Start them young, says table tennis coach Muralidhara Rao

Table tennis coach Muralidhara Rao says putting children in sport early on is crucial in order to create champions of the future.

Muralidhara Rao

Veteran table tennis coach Muralidhara Rao said that in a bid to emulate the Chinese and Koreans, he began to train around kids as young as three or four years old with an aim of making them future champions.   -  Special Arrangement

During a non-ranking table tennis tournament organised by Sportstar and the Mylapore Club five years ago in Chennai, a young boy — barely the height of the table — grabbed the audience’s attention.

Vishruth Ramakrishnan, just four years old then, was rallying with his coach and hardly missing a step. He had taken to the sport at his playschool, even before he started kindergarten! Last season, he won nine tournaments at the under-10 level and is a State champion.

Vishruth’s development is not a one-off thing but part of a conscious movement to start players young, A. Muralidhara Rao, one of the country’s top coaches, said on Monday during a webinar organised by the Sports Authority of India and the Table Tennis Federation of India.

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Muralidhara and A. Srinivasa Rao, known as the Rao brothers in the table tennis circles, have played an influential role in the careers of many of India’s finest players, including S. Raman, Chetan Baboor, A. Amalraj and K. Shamini, over the last 36 years. Their best-known trainee is Srinivasa’s son and the country’s top-ranked player, Sharath Kamal.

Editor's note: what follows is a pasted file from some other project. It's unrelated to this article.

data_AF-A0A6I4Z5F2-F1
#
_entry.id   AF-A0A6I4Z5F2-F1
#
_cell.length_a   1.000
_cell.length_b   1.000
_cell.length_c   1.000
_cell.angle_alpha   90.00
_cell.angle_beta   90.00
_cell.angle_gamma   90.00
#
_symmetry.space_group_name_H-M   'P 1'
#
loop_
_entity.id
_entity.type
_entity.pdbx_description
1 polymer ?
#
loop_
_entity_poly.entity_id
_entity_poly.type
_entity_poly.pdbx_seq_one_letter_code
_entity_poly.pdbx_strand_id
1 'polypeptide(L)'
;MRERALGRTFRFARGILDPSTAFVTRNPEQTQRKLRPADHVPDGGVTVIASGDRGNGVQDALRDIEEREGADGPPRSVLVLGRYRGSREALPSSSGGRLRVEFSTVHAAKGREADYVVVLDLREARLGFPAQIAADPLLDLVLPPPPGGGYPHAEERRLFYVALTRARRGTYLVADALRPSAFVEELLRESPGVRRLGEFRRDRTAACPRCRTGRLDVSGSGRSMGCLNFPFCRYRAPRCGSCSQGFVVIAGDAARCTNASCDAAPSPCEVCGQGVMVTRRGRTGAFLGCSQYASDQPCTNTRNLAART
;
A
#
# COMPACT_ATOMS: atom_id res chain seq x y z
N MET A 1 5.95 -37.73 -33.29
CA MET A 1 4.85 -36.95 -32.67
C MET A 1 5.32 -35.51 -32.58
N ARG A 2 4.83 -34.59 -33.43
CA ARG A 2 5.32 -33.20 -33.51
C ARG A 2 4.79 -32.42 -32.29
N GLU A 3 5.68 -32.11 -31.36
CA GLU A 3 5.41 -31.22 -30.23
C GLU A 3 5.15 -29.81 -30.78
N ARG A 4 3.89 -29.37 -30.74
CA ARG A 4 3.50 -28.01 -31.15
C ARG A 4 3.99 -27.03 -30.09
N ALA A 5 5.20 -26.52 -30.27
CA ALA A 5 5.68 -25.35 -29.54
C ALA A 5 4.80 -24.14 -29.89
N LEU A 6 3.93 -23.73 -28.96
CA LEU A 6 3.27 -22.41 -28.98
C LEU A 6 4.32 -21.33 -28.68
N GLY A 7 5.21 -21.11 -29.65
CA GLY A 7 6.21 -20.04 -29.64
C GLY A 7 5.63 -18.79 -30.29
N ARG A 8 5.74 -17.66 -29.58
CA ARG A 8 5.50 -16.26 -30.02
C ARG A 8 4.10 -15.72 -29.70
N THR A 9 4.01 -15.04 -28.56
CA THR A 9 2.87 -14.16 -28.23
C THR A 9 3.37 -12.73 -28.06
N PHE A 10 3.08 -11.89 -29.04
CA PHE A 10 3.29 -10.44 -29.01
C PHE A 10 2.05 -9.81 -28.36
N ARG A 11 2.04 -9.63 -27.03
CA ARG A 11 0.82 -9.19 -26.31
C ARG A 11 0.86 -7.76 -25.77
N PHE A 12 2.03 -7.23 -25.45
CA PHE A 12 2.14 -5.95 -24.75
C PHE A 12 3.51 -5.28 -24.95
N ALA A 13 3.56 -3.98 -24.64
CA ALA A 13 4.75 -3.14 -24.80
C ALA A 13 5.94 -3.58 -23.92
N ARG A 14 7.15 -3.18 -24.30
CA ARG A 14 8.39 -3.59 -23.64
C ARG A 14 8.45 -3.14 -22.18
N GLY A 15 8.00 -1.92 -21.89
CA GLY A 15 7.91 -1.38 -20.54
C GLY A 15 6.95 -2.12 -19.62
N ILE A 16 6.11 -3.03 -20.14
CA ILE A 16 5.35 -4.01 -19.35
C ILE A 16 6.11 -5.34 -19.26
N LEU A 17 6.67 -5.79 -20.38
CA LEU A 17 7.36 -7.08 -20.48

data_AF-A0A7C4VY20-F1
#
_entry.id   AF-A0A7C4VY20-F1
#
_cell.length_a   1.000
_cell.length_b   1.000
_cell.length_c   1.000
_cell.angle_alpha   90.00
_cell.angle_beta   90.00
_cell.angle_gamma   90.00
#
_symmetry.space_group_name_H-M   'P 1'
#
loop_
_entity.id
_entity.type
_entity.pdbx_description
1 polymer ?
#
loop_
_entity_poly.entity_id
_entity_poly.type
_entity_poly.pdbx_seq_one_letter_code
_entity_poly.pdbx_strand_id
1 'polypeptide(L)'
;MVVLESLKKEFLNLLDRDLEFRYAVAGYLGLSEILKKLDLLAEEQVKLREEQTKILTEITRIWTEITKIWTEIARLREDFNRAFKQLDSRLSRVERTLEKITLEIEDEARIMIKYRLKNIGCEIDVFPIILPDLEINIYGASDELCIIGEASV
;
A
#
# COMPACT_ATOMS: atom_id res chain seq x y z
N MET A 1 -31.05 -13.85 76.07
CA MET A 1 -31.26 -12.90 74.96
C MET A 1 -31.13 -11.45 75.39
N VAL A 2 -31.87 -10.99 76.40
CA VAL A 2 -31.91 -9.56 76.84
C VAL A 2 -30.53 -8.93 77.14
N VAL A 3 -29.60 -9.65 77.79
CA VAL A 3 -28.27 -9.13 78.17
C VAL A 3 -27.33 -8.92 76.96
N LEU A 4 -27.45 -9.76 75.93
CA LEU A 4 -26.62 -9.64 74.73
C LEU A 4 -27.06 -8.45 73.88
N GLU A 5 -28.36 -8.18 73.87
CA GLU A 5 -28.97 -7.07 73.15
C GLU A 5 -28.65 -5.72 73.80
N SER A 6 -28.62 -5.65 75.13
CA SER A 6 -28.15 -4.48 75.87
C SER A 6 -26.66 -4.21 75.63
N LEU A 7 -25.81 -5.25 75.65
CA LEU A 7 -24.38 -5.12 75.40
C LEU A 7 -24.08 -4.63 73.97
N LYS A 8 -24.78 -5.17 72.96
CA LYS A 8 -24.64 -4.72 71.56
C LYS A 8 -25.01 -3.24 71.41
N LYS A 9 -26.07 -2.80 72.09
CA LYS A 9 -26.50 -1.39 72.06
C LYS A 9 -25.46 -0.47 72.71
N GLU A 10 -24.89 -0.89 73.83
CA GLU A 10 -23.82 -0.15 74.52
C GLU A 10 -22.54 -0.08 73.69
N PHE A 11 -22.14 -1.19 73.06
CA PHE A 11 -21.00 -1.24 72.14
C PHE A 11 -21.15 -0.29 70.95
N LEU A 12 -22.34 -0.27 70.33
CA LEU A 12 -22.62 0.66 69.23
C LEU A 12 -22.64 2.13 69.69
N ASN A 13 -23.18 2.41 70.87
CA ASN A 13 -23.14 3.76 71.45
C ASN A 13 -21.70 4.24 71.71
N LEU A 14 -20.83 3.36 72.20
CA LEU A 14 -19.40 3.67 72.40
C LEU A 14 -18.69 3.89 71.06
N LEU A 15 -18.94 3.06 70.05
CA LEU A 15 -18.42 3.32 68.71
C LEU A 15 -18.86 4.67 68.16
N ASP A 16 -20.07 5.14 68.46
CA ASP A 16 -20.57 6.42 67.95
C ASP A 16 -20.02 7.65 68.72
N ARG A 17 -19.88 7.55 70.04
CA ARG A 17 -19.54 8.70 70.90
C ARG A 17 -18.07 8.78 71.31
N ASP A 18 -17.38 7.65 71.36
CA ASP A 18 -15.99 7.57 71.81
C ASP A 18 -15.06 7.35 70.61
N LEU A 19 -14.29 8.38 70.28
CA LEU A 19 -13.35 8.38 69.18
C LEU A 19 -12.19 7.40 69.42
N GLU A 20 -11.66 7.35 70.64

Sharath Kamal poses with his two Asian Games medals along with his father Srinivasa Rao and uncle Muralidhara Rao.   -  K. PICHUMANI


Talking about developing young players from scratch, Muralidhara said, “We wanted to emulate what the Chinese and Koreans were doing by trying to start early. So in 2012, we started training kids from as early as three or four years and had about 40 kids.

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“We were quite apprehensive of whether this would work but were helped by the fact that we had Meenakshi Ganesh, who was working with a playschool at that time and was a former table tennis player as well, who knew how to handle these kids. Now seven years down the line, we have been able to identify potential talents who have gone on to become State champions in their respective age categories.”

Muralidhara also highlighted the importance of conducting tournaments for non-rankers (those not ranked in the State's top eight) to help broaden the base of players by working with schools. “Once a kid wins and brings laurel to the school, it serves as an incentive for others to take the sport up. From there, we can draw out the potentially good players and develop them at a higher level” he said.

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